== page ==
The first time Ann Wiltshire visited New York from her native England, she was 13, and it was the dead of winter.
In April 2015, she returned to the city to work for a week here at DiGennaro Communications in the Flatiron District as part of an exchange program with the shop’s sister agency, Eulogy, in London. Ann is an account manager there.
Ann saw lots of similarities between the working cultures of New York and London and could definitely imagine herself living in the Big Apple, especially after the celebrity encounter she had in an elevator, which she reveals in the video.
This post was written by DGC’s International ACE Award winner, Senior Account Executive Megan Sweat. Recognizing her stellar work and contributions to the agency, DGC sent her to London to spend time at Advertising Week Europe and to meet with our strategic partner Eulogy!
Many people in the U.S. ad market are oblivious to Advertising Week in London, and vice versa. This year Advertising Week Europe ran from March 23-27, and compared to past ones in New York (which take place in the fall) the programming had a unique edge.
Many of the players were the same, including Publicis Groupe, Google and the IAB but the gorgeous historic venues such as St. James’s Church and outdoor settings (pictured below) gave Advertising Week Europe an entirely different feel from the New York edition.
Outdoor seating outside of the ADARA Stage
St. James’s Church in Piccadilly
Collaboration, creativity and inspiration were recurring themes throughout the week, and here are some of the highlights that stuck with us:
- When asked to leave the audience with one “astounding nugget that would blow their minds,” Steve Hatch, Director of EMEA from Facebook replied that everything in our industry “starts and ends with people.” To be successful, we as an industry need to follow people’s trends, and the customer is truly always right, he said.
- Maurice Levy, CEO of Publicis Groupe, predicted that marketing will become more and more about the “omnichannel” experience. With a few exceptions, he said this is still a complicated world to clients, and it hasn’t yet been mastered.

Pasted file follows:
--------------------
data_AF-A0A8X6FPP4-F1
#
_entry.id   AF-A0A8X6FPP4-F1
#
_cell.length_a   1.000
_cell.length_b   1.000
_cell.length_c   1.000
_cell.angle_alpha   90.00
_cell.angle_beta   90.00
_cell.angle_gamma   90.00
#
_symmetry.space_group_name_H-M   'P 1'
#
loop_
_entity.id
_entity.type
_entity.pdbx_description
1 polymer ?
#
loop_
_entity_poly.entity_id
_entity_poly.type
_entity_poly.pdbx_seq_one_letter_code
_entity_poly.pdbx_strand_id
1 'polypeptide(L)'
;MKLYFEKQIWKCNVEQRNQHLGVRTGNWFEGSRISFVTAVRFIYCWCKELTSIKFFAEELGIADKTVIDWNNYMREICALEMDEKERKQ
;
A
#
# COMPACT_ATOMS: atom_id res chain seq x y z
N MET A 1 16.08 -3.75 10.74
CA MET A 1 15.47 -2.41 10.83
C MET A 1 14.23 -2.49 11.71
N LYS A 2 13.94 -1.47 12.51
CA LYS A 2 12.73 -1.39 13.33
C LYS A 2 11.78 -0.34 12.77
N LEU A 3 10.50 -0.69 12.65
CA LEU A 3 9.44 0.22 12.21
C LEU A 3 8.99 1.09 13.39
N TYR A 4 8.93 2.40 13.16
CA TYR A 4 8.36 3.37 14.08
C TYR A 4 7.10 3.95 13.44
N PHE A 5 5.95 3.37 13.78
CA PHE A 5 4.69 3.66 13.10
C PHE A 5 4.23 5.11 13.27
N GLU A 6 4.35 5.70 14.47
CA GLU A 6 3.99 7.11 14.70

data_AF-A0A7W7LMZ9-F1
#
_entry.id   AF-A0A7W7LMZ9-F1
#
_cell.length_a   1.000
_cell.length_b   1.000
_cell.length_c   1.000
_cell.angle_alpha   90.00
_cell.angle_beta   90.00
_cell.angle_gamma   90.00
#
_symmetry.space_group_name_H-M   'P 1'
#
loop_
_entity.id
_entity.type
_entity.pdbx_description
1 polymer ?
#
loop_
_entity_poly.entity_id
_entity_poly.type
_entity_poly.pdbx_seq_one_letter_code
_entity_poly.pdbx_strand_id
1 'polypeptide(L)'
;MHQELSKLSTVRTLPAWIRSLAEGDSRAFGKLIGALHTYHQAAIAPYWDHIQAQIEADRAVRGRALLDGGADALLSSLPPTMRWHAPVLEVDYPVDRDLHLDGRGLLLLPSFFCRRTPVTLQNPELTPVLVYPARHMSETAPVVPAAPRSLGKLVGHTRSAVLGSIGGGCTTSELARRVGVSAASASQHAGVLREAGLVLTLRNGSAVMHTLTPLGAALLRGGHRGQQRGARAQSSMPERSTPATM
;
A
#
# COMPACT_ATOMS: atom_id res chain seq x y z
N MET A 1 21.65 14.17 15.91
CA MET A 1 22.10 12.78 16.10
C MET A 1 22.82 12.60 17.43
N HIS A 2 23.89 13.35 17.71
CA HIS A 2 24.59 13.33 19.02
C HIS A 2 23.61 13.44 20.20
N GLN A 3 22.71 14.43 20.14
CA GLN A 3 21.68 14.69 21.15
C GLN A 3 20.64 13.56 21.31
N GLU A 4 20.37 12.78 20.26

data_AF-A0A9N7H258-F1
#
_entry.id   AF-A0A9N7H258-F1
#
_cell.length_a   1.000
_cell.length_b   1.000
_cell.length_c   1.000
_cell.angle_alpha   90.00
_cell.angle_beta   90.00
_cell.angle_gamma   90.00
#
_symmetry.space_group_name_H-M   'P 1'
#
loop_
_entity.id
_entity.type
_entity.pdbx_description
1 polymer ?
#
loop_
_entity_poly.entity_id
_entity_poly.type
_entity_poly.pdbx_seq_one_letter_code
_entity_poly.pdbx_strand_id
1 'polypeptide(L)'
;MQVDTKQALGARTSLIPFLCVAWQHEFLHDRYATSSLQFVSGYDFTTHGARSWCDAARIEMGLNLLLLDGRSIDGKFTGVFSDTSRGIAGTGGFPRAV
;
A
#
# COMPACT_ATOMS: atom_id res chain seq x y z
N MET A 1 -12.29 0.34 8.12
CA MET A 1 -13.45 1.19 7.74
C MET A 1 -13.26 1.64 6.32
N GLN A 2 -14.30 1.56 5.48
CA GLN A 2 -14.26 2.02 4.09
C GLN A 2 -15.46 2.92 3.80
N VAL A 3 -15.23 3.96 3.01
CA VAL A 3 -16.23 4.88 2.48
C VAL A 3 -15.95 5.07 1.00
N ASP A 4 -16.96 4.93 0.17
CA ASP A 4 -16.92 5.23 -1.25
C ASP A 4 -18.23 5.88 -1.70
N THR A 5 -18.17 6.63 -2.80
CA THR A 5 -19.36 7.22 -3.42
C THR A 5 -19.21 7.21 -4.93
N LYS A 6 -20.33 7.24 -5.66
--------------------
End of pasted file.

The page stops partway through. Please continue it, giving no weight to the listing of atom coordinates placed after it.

- Inter-agency collaboration and how to foster it was also top of mind. One possible solution that came out of MEC UK’s session was having a shared workspace, where a client’s different agencies could meet and work together as opposed to working in silos and trying to come together at the end.
As one panelist put it, “We tell our clients they need to co-own their brand with their customers… Now, we need to co-own our ideas with others.”
A handful of other memorable declarations over heard during the week made us laugh: (Since these are not exact quotes, I’ve removed the attribution—which didn’t include people’s titles and affiliations either)
- “Pitches are the crack cocaine of our industry – we’re all addicted to them.”
- “Is it better to follow your dreams and not make it, or make it and betray yourself along the way?”
- “Stupid people think complicated is clever. If you can’t explain it to an 11-year-old, you have failed.”
- “Be uncool. Coolness is a form of orthodoxy. Being uncool is actually a powerful creative force.”
Having enjoyed everything from Big Ben to the Tower Bridge, it’s crazy to believe that my unforgettable trip to London has now come to a close. The week flew by in the blink of an eye and brought me plenty of insights along the way to share with the team at home.
In addition to attending Advertising Week Europe and learning how a leader’s body language can make or break a career, I had the chance to participate in engaging brainstorms and daily “paper” meetings (discussing daily news) with the Eulogy! team. I also learned the inside scoop on the agency’s approach to working with reporters and packaging case studies for its clients in a unique and visually appealing video format.
Check out this video to see what else I took away from this memorable week –
All in all, the week satisfied a life-long dream to briefly work abroad and immerse myself in another country’s culture. I look forward to seeing what next year’s DGCer will take away from the trip and hope that they will love it as much as I did.
After a dozen days in the UK, I’m back in NYC and trying to avoid jet lag by making up for lost time with a much missed Starbucks. Though I did enjoy my tea and biscuits while in London—so much so I brought some back for the DGC team—it’s good to be home and with an absurdly large cup of iced coffee in hand. My time in London was definitely well spent, a perfect mix of work and play (something we value here at DGC). The Eulogy! team did a great job of making sure I met everyone, especially those from various divisions: social media (aka Onlinefire), marketing services, professional services, in addition to the B2B and consumer PR teams.
The Eulogy! team was also careful to make sure I didn’t work TOO hard, so they sent me up on the London Eye (on a thankfully sunny night)…
…and hosted a lovely pizza party on my last day. One thing that is consistent across countries and cultures is the effect that copious free pizza has on an office: it’s mayhem, wherever you are.
Overall, it was an amazing trip and I’m so grateful to both DGC & Eulogy! for making it happen. I hope my first “real” trip to London isn’t my last.
As they say, Cheers! xx Meg